History of the UF Division of Student Affairs - Page 57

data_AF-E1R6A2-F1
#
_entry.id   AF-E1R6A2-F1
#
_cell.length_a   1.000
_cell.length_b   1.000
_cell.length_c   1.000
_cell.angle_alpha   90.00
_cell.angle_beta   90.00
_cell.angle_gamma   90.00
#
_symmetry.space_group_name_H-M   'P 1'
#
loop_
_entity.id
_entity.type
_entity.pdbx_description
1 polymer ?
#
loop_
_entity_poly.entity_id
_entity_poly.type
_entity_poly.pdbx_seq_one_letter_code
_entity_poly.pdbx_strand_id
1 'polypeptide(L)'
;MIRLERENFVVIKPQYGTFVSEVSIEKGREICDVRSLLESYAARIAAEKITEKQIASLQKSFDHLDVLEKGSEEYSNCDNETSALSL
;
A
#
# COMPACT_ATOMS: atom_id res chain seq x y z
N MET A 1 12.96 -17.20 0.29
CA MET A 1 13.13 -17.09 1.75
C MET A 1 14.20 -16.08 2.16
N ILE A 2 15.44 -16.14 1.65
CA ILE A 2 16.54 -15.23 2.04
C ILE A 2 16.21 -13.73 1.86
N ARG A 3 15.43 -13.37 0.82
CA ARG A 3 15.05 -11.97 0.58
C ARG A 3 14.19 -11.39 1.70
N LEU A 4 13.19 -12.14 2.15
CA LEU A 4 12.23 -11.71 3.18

57 our counselors. The expertise in this area also allowed the Counseling Center to work with students, individually and in groups, as well as faculty, staff and administrators to create a welcoming environment for the increasingly diverse student body. The Counseling Center developed signature programs like ASPIRE; International Initiatives; peer programs to reach out to first generation students; and the Diversity Lunch Series which brought together students, faculty, and staff for shared multicultural learning and engagement in difficult dialogues. The Counseling Center addressed other campus climate issues, too. A campuswide program was initiated to prevent suicide. Faculty, staff, and student groups were engaged in “gatekeeper” training to become aware of suicidal symptoms, to learn how to talk with students about concerns, and to refer those who needed professional assistance or crisis intervention. When UF decided to provide sexual harassment education and prevention training to all employees, Counseling Center staff were directly involved in all sessions, promoting awareness of the psychological harm to students, faculty and staff who had experienced harassment. Consultations and workshops were provided to academic units on request as specific issues were uncovered by students speaking out about their experiences. A c a d e m i c Co n n e c t i o n s a n d P r o f e ss i o n a l T r a i n i n g The Counseling Center has strong academic roots. As noted earlier, the Counseling Center began as part of the Psychology Department and then was a unit within University College. As a result, all Counseling Center staff held faculty status and were expected to go through the promotion and tenure process. In 1976, University College was dissolved, and the Counseling Center became a unit within the Division of Student Affairs (DSA). The move to Student Affairs created an administrative home for the Counseling Center more in keeping with major counseling centers across the country. It enabled increased cooperation and coordination with various other Student Affairs units, working together for the benefit of students. Advantageously, the Counseling Center director became a direct report to the Vice President for Student Affairs. In keeping with other DSA personnel, initially new Counseling Center professional hires were classified as Administrative and Professional (A&P). However, to better reflect the job duties and to ensure parity with existing Counseling Center faculty members, the A&P lines were converted to Clinical Faculty lines in an agreement worked out by the Provost, the chair of the Psychology Department, and the Director of the Department histor ies : Coun seli n g an d W elln ess Center